In 1928, Max Beerbohm distilled all that I know about the conversations conducted on most social occasions:
“I stood talking to this lady about the weather, inwardly hoping that she was thinking how kind it was of me to talk down to her level, and that she was not guessing that I would have liked very much to dazzle her if I had known how.”
Not all but most conversation has what some call a “subtext.” Our words are veneer; our meaning, the heartwood (“inwardly hoping”). This is not news to our better novelists (see Ivy Compton-Burnett). To switch metaphors in the Beerbohmian fashion, conversation is choreography with both partners attempting to lead. Beerbohm is recalling a conversation from 1896 on the occasion of his first meeting with Andrew Lang, at the home of Edmund Gosse. Some would be offended by Beerbohm’s “cynicism.” The rest of us acknowledge his discernment, especially as he expresses it so succinctly. His two clauses address most of our conversational gambits, especially those between the sexes: 1.) Praise sought for condescending to speak with another person in the first place. 2.) Hope that our conversational partner is sufficiently “dazzled.”
Beerbohm’s observation is incidental, nearly a throw-away line in his essay. He hasn’t yet even met Lang (1844-1912), a prolific writer whose substantial reputation during his lifetime has evaporated. I know him only as the author of twenty-five collections of fairy tales I didn’t read as a child. I became friends in 1975 with a couple who had a five-year-old daughter. She loved the books. They bought the Dover paperback reprints, and when visiting I would read the stories to her. This was my first adult experience of spending time with a young child, years before I had kids of my own. I liked it.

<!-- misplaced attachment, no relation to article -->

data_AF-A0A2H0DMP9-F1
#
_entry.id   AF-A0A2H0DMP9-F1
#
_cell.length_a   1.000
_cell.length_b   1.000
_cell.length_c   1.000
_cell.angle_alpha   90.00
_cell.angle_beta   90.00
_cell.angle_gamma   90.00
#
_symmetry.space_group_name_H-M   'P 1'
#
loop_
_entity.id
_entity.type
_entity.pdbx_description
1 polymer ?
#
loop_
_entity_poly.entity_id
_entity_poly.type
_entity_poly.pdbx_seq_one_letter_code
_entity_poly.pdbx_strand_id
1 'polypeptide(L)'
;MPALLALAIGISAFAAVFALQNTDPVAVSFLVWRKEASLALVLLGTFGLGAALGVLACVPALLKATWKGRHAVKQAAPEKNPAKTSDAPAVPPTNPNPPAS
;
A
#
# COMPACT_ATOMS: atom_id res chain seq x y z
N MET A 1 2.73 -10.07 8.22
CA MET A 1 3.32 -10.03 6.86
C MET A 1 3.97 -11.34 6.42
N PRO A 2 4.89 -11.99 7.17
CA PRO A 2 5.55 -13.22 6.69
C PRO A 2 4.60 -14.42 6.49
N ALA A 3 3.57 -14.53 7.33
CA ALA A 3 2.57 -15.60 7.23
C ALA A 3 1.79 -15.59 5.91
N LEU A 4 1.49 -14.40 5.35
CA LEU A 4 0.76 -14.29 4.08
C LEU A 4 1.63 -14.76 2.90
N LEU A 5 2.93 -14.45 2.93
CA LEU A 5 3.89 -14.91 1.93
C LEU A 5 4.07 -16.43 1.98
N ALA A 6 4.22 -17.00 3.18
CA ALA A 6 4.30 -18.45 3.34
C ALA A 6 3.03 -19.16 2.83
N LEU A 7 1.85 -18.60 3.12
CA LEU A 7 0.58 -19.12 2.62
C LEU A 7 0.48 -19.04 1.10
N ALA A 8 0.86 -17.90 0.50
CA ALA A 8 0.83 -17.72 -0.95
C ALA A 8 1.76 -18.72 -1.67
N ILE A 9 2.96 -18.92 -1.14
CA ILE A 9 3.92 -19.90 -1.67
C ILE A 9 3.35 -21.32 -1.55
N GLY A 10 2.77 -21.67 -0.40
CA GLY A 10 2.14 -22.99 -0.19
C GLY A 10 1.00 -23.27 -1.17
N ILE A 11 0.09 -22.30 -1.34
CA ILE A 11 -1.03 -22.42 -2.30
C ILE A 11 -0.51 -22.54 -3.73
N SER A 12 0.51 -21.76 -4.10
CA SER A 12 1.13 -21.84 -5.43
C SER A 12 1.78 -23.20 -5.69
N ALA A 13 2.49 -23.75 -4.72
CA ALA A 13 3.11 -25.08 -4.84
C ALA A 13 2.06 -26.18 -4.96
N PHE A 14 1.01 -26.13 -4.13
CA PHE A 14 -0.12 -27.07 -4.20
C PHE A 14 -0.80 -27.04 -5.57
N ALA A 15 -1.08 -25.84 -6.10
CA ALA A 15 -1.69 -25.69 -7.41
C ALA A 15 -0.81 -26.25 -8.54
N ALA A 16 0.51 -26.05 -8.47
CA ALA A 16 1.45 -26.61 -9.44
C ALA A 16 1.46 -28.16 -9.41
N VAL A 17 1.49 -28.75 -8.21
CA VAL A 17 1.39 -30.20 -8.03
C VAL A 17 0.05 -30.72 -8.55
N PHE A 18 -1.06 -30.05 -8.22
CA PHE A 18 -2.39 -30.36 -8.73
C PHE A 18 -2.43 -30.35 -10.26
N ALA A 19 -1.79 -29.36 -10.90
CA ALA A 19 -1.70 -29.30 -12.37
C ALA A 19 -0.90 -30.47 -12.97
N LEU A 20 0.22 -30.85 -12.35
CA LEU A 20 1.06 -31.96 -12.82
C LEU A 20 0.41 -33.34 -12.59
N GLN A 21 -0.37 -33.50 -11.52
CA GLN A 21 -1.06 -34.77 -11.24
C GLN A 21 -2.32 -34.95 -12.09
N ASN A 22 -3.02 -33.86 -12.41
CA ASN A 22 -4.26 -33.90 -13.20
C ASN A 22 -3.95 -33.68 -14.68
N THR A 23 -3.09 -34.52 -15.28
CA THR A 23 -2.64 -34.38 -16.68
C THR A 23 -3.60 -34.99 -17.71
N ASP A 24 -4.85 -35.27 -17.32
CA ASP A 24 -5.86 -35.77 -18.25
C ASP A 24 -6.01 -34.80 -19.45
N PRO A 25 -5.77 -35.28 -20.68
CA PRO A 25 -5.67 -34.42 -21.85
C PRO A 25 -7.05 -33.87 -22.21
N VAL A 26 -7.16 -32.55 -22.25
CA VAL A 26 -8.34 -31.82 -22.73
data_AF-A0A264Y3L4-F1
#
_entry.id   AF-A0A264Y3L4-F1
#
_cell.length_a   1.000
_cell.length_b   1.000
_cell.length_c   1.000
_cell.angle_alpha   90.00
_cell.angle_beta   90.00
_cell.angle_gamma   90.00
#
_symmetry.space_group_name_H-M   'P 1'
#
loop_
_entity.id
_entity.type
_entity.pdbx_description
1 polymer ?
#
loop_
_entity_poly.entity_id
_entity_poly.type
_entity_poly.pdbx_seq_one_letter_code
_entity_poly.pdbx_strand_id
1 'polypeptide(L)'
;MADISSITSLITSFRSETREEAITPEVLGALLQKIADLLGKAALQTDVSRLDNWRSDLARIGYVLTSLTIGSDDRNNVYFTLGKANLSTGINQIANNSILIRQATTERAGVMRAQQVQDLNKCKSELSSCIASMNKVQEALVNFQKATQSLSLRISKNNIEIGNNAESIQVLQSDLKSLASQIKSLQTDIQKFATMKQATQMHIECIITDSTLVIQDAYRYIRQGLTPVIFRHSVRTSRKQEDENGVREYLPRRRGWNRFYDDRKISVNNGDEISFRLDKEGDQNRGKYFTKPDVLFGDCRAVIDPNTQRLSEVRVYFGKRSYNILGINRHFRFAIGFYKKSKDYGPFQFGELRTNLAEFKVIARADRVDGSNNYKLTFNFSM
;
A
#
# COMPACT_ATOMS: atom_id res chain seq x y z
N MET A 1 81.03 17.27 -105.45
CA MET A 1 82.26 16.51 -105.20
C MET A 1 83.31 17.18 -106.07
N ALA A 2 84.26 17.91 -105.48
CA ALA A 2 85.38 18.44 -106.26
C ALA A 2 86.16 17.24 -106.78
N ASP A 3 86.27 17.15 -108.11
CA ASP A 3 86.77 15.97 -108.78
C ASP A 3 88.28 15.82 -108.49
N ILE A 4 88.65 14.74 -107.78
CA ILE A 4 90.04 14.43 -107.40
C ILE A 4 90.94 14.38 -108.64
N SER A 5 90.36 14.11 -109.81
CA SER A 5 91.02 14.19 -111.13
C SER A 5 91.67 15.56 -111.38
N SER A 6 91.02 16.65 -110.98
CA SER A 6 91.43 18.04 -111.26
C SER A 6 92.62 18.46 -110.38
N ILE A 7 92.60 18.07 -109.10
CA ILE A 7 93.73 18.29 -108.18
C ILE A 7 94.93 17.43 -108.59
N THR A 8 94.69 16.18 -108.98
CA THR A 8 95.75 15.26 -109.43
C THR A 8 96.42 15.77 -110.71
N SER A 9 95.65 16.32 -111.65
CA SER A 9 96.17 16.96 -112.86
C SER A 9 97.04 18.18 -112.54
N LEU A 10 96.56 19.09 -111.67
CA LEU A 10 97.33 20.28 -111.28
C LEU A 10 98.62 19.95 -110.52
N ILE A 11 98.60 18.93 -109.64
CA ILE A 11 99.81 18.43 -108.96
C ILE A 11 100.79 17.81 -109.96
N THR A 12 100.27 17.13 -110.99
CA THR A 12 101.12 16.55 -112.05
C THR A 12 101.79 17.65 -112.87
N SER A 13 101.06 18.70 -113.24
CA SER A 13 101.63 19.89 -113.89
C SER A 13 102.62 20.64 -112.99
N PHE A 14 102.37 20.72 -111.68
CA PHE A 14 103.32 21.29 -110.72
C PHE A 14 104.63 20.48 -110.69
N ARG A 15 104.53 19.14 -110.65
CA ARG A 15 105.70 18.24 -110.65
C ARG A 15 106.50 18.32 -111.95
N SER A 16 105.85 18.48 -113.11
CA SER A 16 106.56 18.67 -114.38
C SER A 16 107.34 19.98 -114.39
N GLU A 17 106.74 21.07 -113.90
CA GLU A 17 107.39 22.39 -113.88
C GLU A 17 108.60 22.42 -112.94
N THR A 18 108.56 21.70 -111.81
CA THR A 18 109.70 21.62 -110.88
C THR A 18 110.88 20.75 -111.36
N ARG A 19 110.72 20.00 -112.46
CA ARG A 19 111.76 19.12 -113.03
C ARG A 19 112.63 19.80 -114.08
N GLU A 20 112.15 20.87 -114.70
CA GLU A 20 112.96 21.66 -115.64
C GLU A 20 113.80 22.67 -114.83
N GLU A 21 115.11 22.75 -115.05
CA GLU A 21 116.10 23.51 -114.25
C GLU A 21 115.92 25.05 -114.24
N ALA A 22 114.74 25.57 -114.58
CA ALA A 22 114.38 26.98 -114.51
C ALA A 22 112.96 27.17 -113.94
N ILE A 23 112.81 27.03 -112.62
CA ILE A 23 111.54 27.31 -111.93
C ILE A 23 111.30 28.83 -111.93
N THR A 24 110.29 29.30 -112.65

Beerbohm’s portrait of Lang – as usual, when dealing with a sufficiently complex or conflicted character, one adapted to Beerbohm’s elastic sense of irony – is both clinical and amusing. The essayist reflexively includes himself in any sardonic summation while making a larger point – in this case, about the relationship between critics and writers:
“[V]ery few critics get on well with creators. There is, no doubt, a point at which criticism does merge into creation, and it is always hard to say just where this point is—to determine whether this or that piece of fine criticism may or may not truly be called creative. But to this point, assuredly, Lang was never near. With all his gifts, he had of imagination not one spark. Fancy and wit he had in his earlier work; and grace he never lost; but for the rest he had only an immense quantity of that ‘cleverness’ which to the creative artist is of all qualities the most repellent. And this cleverness, which was always at the disposal of the classics, was never used in service of any great contemporary writer.”
One of the chief appeals of Beerbohm’s work is the seeming casualness of it. Mediocre writers start snorting and stomping on the ground before unloading their precious insight. Beerbohm casually whispers before moving along. Without comment, he reproduces Lang’s lisp when quoting him. Beerbohm was congenitally incapable of formulating Grand Truths. Humans are much too silly for that. Beerbohm can’t quite bring himself to damn Lang. He is too human for that; too sad and pathetic. As usual, Beerbohm is good at conclusions: “A terrible thing, Time, nevertheless.”